North American Aboriginal Hide Tanning: The Act of Transformation and Revival, by Dr Morgan Baillargeon

Robert Falcon Ouellette discusses with Dr Morgan Baillargeon his book and work North American Aboriginal Hide Tanning where Morgan shows his profound understanding of traditional hide tanning techniques and the discoveries he made concerning spirituality and the spirit of transformation.
Dr. Morgan Baillargeon is French/Metis from southwestern Ontario.  He obtained his PhD from the University of Ottawa, where his studies centred on Great Lakes and Plains Aboriginal spirituality. His research includes areas such as Plains Cree beliefs about death and the afterlife, traditional Plains arts and culture, urban Native life and contemporary Aboriginal performing and visual arts, and aspects of material culture among the Blackfoot, Cree, Metis and Ojibwa.  Earlier research resulted in the Canadian Museum of Civilization exhibition Legends of Our Times: Native Ranching and Rodeo Life on the Plains and Plateau and the companion publication Legends of Our Times: Native Cowboy Life.  Dr. Baillargeon is currently working on an exhibition focusing on urban Native life and the impact arts plays on the survival of Aboriginal culture, language and traditional knowledge in urban settings.  Since 1992 he has been Curator of Plains Ethnology , and in 2008 additional duties included  the First People’s Hall, at the Canadian  Museum of Civilization.

Wednesday, 7 November 2012

For King and Kanata Canadian Indians and the First World War

In honour of Remembrance Day on November 11, this is a discussion with Dr Timothy Winegard and his new book For King and Kanata about the roles that Status Indians played in the WWI, their treatment during and after the war, racism, conscription, drinking, Duncan Campbell Scott (great Canadian poet and architect of the Indian Residential Schools), Indian Affairs and the use of their service for purposes of assimilation.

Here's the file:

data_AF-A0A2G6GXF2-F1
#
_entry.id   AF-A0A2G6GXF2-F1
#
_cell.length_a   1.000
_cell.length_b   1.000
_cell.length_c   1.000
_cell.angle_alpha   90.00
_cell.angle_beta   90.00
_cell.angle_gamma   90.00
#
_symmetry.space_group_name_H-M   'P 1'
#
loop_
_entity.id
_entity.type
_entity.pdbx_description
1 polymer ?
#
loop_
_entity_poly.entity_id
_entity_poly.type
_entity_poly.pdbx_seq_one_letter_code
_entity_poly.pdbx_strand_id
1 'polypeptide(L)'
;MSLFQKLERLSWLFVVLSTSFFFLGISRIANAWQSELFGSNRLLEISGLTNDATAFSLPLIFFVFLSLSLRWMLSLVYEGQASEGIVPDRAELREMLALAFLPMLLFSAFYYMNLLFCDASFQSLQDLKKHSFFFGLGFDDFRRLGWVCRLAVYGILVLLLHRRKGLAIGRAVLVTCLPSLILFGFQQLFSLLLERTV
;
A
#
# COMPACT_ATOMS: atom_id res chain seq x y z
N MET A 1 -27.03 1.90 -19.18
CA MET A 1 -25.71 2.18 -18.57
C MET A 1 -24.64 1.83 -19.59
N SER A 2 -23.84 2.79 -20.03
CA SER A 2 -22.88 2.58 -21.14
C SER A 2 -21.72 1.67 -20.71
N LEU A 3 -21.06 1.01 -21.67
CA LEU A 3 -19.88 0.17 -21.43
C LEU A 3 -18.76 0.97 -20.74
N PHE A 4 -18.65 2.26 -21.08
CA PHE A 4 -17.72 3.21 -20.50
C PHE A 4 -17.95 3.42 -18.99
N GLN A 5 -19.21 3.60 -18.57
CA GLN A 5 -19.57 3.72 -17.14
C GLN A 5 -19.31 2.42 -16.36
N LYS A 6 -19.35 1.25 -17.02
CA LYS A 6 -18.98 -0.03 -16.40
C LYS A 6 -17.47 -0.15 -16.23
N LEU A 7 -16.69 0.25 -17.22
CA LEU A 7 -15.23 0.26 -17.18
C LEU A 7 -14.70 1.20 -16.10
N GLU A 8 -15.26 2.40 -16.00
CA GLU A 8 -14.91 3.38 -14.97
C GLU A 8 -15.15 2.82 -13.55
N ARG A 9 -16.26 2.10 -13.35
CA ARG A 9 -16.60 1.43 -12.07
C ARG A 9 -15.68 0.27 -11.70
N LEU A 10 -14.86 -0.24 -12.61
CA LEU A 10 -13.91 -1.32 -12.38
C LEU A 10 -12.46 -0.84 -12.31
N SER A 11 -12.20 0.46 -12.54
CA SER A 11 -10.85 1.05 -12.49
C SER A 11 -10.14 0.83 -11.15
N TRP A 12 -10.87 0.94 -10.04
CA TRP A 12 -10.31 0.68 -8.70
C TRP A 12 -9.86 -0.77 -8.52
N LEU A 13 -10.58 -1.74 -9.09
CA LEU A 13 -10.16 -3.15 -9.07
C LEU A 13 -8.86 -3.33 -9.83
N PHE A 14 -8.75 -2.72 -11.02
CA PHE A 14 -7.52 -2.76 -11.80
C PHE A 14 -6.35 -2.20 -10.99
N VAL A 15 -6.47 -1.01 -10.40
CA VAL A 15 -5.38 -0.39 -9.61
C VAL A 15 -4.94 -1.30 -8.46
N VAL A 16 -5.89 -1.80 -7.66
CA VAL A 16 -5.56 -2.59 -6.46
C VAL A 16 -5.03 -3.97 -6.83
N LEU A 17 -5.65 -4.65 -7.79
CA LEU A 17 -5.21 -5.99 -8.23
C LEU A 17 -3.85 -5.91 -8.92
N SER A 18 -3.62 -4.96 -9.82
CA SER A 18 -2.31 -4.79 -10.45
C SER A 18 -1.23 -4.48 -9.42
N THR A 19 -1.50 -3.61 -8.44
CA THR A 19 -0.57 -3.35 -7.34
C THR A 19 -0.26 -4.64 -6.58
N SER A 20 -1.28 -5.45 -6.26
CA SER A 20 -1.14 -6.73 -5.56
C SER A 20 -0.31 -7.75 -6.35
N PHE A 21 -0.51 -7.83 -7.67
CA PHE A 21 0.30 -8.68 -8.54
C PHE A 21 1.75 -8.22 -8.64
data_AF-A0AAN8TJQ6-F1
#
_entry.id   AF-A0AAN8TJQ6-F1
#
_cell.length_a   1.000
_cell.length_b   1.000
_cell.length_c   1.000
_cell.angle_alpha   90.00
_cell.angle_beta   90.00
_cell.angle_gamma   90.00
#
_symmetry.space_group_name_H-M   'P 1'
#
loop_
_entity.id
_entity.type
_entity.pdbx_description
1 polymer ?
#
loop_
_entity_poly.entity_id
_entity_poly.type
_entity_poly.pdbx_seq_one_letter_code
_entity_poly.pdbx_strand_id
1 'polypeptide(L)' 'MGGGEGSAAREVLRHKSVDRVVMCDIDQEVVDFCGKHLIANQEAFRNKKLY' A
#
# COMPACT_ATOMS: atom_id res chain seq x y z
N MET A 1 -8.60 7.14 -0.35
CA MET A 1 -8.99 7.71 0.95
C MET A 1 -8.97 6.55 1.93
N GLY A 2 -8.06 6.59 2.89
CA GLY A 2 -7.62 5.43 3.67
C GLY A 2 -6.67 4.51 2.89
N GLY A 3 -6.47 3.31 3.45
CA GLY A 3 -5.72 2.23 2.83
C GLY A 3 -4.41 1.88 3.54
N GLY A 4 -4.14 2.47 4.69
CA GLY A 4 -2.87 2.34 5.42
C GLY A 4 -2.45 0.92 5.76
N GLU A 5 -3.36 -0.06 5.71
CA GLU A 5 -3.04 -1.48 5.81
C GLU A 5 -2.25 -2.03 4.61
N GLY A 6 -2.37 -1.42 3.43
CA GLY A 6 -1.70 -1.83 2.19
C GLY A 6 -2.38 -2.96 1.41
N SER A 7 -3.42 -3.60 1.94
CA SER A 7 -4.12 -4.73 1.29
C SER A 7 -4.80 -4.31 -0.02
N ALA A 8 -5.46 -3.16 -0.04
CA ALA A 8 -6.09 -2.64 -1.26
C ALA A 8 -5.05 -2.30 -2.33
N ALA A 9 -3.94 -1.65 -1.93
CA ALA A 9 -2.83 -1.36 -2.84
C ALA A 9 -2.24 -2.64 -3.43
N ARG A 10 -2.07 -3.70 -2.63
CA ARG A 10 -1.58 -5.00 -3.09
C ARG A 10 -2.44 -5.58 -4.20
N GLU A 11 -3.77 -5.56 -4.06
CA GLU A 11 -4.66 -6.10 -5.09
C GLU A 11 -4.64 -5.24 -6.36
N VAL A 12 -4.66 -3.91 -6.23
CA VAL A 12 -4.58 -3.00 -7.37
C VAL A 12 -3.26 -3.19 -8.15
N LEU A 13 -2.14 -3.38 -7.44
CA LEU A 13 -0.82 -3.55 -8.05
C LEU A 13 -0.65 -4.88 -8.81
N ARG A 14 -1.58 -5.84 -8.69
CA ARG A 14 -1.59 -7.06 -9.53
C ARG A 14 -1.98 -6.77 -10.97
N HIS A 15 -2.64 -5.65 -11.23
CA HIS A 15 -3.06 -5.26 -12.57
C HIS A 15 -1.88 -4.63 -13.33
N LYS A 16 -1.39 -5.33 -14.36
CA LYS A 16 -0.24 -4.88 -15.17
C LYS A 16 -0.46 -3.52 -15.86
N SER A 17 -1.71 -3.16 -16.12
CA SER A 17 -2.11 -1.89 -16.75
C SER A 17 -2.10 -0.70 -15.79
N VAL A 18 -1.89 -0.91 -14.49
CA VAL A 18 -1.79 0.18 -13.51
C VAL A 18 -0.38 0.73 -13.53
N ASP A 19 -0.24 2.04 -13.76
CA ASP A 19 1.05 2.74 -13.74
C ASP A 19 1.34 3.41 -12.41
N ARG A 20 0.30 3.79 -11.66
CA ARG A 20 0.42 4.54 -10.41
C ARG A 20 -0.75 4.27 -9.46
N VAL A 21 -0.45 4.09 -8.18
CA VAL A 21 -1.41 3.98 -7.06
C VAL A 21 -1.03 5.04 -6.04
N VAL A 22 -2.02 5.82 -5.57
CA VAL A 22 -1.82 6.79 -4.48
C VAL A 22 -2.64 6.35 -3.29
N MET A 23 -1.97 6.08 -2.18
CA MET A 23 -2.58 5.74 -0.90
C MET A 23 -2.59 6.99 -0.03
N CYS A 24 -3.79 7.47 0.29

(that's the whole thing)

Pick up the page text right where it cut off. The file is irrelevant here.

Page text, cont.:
Timothy C. Winegard received his doctorate in History from the University of Oxford in 2010. He served nine years as an officer in the Canadian Forces, including a two-year attachment to the British Army. He is the author of Oka: A Convergence of Cultures and the Canadian Forces (2008) and Indigenous Peoples of the British Dominions and the First World War (2011). His main areas of interest, research, and writing include: military history, global indigenous peoples and cultures, North American colonial history, and the comparative history of British settler-societies.  Dr. Winegard recently moved to Colorado, where he is professor of history at Colorado Mesa University in Grand Junction. He teaches a variety of courses in history and political science. He has traveled extensively across the globe for research, pleasure, and with the military, and is an avid Detroit Lions and Detroit Red Wings fan. 

Xavier Ouellette 11 Nov 2013

To hear the interview

To Learn More: radio (interview) podcast  

Friday, 2 November 2012

Leo Baskatawang, March4Justice: dragging the Indian Act into the 21st century

Researcher and activist Leo Baskatawang (Anihnaabek) is back to discuss how he has taken applied research to new level. Leo is a Masters student at the University of Manitoba in the Native Studies department. Leo looks back at his March 4 Justice where he marched over 3000 km across the country in his efforts to abolish the Indian Act and replace it with Indigenous Laws that respect Aboriginal people. He marched across Canada from Vancouver to Ottawa.  

To Learn more (podcast)